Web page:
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Big freeze triggers frosty reaction to gritting in Rainham

PUBLISHED: 09:00 11 December 2010

People braving the icy footpath linking Upminster Road South, in Rainham, to Tesco, in Viking Way.

People braving the icy footpath linking Upminster Road South, in Rainham, to Tesco, in Viking Way.

Archant

ICY conditions are continuing to cause a problem and spark complaints more than a week since the snow stopped falling.

The icy footpath linking Upminster Road South, in Rainham, to Tesco, in Viking Way, which can be seen in the distance.

Resident David Garfield wrote to Havering Council to air his disappointment at the lack of gritting along several predominantly used pavements and footpaths in Rainham near his home and in the village this week.

A Havering Council spokesman said: “We do understand that there have been difficult conditions for walkers and drivers and we have been doing all we can to keep the streets clear.”

Mr Garfield, acting streetleader of Lamb’s Lane South, was particularly concerned about the footpath between Upminster Road South and Tesco. He said: “The fact that it has a slope makes it all the more treacherous.”

He also highlighted hazardous pavements outside The Chafford School, in Lamb’s Lane South, which he said was “one of the largest schools within the borough”; Wennington Road “a main thoroughfare and a route to Rainham Station and the village”, along with the shared cycle and footpaths along the A1306.

“I was obliged to stay on the carriageway,” Mr Garfield said.

He took photos of the footpath from Upminster Road South to Tesco more than a week after the bad snowfall. He said: “Neither it nor adjoining paths have received treatment of any description.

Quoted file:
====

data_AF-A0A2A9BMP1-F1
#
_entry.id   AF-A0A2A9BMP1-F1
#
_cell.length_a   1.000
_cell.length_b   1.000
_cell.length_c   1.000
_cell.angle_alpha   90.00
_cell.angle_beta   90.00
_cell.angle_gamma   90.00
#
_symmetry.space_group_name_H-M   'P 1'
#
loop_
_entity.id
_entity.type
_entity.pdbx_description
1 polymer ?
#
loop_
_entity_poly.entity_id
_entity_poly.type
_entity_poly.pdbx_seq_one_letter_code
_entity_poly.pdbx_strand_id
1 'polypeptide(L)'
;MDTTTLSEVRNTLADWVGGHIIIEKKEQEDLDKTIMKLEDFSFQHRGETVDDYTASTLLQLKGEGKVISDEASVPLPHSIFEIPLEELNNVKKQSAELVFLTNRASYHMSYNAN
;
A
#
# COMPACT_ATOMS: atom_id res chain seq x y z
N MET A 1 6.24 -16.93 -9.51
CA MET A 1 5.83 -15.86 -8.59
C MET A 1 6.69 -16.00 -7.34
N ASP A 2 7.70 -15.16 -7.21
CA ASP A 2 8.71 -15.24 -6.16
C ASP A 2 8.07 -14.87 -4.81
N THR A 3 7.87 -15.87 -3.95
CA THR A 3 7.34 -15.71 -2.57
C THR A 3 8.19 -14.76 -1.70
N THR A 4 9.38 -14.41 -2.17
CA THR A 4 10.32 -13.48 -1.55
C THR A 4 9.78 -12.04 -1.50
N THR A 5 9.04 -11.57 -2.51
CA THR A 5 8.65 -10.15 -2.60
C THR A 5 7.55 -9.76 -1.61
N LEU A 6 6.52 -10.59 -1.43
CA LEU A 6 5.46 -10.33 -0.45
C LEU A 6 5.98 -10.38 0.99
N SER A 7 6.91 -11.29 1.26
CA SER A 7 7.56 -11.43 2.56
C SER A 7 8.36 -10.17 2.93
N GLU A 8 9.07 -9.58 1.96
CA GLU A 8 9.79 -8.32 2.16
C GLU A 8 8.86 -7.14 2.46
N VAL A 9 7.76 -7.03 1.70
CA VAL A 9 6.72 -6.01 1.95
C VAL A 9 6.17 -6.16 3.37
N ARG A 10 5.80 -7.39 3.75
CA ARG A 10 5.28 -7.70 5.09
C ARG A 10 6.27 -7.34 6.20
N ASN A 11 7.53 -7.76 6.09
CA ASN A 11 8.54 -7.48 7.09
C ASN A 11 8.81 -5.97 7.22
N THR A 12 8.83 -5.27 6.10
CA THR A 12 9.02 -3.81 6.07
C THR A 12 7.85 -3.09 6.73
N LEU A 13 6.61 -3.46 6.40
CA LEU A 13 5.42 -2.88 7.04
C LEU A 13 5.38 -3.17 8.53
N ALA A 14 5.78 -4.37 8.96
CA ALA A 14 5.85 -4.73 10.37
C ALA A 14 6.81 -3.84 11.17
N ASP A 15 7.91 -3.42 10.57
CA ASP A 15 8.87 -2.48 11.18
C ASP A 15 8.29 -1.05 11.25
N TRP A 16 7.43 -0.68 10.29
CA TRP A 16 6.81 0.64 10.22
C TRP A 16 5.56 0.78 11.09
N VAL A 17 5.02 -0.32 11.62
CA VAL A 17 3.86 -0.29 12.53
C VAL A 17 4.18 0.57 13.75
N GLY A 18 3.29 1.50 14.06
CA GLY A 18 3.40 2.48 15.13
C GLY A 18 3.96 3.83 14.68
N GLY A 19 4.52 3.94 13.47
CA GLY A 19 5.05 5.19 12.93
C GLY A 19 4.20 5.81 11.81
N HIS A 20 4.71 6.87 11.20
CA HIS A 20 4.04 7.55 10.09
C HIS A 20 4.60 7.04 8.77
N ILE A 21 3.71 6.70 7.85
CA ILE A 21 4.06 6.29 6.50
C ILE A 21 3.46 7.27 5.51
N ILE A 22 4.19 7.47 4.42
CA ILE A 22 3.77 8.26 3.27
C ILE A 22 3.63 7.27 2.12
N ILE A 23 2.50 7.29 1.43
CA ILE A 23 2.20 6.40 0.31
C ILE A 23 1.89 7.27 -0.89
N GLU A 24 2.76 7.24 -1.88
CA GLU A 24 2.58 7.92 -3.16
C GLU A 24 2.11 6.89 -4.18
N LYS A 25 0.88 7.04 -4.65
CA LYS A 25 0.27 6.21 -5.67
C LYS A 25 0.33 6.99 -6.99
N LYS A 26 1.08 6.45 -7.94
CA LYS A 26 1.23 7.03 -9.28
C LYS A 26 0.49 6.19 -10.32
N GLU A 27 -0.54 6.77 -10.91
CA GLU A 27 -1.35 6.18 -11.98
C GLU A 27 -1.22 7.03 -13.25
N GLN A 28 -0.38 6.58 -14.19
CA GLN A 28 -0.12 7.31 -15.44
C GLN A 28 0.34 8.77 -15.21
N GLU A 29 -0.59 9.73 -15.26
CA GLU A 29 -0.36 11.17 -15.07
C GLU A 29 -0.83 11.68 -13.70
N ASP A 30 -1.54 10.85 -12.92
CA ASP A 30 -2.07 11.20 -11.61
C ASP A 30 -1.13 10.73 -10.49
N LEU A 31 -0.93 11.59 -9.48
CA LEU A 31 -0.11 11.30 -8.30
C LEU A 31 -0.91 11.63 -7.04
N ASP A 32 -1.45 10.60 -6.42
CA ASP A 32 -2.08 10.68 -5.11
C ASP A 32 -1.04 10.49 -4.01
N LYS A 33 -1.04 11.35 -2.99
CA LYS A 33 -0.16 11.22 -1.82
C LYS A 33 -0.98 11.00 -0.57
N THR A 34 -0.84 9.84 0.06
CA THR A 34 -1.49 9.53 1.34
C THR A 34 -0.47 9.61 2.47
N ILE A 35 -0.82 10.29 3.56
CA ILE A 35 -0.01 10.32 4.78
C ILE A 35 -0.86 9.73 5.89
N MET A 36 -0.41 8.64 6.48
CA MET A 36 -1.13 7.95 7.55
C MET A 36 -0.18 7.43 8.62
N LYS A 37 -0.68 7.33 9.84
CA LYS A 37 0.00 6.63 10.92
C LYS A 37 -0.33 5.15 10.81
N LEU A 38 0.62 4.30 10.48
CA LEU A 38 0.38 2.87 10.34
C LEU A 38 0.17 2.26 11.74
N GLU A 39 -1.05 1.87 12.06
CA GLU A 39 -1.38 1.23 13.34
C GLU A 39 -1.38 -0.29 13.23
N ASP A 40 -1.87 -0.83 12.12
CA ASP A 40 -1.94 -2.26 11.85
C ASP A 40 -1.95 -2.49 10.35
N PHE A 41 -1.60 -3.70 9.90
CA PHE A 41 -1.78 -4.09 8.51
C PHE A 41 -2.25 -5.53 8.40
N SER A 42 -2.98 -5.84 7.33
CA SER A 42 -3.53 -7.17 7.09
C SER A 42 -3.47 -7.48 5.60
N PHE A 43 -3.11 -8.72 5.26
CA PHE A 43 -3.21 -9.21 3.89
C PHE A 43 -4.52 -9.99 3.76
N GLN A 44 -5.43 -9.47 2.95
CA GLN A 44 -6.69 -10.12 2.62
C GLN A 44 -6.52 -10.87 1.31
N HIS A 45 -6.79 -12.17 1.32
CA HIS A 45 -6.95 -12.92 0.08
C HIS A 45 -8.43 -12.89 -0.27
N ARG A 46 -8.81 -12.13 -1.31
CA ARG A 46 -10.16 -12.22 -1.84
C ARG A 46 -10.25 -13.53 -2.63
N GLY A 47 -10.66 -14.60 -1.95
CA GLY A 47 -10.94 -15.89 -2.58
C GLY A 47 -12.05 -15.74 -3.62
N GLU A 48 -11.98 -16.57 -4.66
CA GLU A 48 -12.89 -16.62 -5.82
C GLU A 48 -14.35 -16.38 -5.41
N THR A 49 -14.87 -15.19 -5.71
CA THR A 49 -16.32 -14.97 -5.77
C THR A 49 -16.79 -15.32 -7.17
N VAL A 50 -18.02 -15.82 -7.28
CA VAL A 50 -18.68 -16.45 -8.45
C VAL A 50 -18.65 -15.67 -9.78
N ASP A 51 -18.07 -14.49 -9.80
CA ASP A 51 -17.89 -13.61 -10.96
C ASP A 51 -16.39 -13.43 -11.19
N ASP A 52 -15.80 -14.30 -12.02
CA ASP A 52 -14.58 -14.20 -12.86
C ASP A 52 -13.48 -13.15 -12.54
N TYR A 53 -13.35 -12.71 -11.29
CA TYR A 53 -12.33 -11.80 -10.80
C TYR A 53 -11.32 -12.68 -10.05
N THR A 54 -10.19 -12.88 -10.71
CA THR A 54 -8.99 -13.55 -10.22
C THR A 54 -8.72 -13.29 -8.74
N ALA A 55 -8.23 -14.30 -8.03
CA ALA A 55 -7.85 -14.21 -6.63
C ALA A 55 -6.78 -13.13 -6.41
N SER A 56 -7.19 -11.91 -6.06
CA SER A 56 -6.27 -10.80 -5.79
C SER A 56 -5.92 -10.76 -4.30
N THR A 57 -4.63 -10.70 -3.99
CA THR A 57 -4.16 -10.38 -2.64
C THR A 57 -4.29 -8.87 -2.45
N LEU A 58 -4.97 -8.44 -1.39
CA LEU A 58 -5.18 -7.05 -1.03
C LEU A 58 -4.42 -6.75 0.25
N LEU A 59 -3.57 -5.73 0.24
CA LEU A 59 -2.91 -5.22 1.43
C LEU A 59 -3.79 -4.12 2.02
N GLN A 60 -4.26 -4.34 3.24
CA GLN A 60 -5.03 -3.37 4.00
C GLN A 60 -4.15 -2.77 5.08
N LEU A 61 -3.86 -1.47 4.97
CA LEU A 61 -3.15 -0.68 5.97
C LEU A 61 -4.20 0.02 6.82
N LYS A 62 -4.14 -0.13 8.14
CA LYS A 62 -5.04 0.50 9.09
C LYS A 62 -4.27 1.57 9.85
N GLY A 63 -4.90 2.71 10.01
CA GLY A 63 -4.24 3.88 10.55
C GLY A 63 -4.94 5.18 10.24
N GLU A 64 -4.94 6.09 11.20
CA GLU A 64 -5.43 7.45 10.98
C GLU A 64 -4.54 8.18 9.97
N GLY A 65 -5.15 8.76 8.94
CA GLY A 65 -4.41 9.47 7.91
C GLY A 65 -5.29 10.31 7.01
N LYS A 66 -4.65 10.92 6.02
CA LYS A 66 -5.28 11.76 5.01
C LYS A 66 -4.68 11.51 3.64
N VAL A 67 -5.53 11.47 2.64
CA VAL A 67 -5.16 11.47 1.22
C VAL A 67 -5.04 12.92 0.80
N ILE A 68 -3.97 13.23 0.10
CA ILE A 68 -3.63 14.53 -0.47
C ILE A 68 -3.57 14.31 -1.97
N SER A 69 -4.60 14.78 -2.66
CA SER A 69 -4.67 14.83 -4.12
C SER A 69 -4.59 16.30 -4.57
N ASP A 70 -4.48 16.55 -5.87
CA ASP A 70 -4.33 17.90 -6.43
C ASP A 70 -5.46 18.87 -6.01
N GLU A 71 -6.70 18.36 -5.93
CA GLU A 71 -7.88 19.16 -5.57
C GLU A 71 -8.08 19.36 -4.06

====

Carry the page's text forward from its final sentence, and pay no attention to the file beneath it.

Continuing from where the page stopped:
“I would like an explanation for the perennial failures in this respect. On this occasion, there was adequate warning of severe weather, so there can be no realistic excuse.”

A Havering Council spokesman outlined a strict procedure the council follows to prioritise which roads and pavements are gritted first.

If there is substantial snow, like last week, the main roads (excluding trunk roads - A12, A13, A127 - which are the responsibility of Transport for London and the M25 motorway which is the responsibility of the Highways Agency), bus routes and roads to emergency service centres are treated first. Then highways to essential industrial establishments, mainline and underground stations, bus garages, shopping centres and pedestrian areas. Next would be other commuter routes, followed by single accesses to schools. Residential roads and footways comes fifth in the pecking order followed lastly by roads to single premises.

A spokesman said: “We have had five gritters working 24 hours a day covering 618km of roads in Havering. In addition, we have had street cleaners laying salt and sand in all of our main shopping areas including Romford, Hornchurch, Harold Hill, Rainham village and Upminster.

“Gritting residential streets can only take place after the main roads, bus routes, access to emergency centres and other priority routes are clear.

“Pavements are also gritted in order of priority, with areas such as major shopping centres where there is high pedestrian usage being treated first.”

Of the borough’s roads 47per-cent (a total 288km) are classed as top priority, and a further 53per-cent (330km) of them are what the council calls priority two.

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